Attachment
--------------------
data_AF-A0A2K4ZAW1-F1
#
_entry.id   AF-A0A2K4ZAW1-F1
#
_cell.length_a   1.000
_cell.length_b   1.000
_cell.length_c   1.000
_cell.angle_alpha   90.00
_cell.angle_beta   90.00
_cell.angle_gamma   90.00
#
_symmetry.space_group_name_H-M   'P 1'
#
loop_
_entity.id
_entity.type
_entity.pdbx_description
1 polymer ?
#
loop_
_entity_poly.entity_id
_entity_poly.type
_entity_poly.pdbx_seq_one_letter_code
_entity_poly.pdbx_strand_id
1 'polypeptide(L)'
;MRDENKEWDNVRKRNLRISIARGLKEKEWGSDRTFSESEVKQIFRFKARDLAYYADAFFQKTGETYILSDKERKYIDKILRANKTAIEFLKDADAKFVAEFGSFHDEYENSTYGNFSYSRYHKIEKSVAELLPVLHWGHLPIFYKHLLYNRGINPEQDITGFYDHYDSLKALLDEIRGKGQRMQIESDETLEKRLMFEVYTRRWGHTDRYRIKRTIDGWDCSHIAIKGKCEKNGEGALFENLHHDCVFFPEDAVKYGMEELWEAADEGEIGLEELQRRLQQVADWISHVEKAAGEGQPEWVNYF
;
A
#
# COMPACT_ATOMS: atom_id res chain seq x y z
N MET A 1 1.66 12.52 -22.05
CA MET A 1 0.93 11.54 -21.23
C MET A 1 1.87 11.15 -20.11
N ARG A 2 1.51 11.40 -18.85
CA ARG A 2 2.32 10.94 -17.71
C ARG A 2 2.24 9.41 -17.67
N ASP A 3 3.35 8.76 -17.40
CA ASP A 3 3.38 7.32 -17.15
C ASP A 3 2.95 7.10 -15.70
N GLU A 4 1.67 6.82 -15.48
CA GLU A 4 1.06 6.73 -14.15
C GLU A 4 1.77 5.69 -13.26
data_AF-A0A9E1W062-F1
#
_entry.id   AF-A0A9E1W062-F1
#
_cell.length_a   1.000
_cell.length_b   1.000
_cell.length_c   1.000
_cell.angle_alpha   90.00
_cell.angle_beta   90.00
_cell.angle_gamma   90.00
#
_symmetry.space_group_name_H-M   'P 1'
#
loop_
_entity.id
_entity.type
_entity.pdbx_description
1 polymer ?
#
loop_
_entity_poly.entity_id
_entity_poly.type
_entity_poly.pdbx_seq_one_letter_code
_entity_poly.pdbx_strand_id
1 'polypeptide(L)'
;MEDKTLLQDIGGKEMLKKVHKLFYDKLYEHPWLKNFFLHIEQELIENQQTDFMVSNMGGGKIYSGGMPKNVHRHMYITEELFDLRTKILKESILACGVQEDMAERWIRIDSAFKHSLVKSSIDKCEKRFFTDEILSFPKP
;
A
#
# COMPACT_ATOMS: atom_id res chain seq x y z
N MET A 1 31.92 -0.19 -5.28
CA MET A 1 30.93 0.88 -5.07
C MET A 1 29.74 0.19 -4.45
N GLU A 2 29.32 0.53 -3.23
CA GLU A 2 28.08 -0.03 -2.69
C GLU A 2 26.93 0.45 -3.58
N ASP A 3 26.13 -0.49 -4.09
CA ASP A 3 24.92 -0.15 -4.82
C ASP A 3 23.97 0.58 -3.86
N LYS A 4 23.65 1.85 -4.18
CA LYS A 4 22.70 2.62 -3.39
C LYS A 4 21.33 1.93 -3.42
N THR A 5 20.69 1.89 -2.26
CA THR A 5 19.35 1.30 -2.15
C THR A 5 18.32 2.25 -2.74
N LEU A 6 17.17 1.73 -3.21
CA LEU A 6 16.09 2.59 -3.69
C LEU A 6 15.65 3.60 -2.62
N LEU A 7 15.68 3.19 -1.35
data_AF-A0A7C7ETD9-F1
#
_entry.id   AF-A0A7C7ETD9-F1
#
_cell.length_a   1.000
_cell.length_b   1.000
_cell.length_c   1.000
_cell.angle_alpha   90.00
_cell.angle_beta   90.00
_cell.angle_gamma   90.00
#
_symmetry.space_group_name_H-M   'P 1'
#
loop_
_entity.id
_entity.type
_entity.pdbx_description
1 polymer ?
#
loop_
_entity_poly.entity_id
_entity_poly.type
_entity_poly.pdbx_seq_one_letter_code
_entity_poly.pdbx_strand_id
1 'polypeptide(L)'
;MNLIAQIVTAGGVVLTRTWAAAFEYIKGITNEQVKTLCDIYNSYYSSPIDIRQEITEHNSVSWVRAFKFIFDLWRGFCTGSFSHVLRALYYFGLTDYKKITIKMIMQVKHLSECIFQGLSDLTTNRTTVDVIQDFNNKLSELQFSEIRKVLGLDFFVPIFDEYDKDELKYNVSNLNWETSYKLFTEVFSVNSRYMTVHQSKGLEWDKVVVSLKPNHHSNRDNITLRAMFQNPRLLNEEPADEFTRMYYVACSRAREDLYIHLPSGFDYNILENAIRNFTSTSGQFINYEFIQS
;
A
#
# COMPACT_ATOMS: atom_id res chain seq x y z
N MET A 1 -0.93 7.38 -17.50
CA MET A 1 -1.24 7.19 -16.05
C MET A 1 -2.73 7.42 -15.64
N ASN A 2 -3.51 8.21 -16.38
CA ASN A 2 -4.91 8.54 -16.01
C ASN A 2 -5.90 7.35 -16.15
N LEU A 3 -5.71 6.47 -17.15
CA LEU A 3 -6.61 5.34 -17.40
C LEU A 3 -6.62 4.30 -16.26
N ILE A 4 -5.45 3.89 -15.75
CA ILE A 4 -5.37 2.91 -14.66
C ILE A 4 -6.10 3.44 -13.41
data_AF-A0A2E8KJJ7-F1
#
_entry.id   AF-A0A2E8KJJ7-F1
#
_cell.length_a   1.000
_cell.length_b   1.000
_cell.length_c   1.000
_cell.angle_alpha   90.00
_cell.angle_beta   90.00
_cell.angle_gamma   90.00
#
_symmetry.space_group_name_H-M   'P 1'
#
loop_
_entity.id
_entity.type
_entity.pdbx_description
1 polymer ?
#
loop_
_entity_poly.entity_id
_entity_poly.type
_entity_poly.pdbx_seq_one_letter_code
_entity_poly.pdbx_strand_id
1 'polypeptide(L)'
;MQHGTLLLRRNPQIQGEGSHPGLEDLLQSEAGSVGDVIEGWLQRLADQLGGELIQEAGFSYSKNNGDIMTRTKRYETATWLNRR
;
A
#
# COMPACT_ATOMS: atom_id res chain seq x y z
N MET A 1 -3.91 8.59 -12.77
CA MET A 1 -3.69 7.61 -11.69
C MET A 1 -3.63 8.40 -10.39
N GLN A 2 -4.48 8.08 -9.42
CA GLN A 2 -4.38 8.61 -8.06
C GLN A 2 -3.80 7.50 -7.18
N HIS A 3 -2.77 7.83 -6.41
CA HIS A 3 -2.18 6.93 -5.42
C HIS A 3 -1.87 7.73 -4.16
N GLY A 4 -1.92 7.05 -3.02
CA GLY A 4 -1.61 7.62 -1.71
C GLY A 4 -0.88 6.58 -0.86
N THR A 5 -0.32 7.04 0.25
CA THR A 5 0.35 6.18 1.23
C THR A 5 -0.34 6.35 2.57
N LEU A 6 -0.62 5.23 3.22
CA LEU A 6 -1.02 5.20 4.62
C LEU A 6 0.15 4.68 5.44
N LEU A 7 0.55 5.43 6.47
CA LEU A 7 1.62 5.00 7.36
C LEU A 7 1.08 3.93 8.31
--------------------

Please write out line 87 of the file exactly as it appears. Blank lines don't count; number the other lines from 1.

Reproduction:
C THR A 5 18.32 2.25 -2.74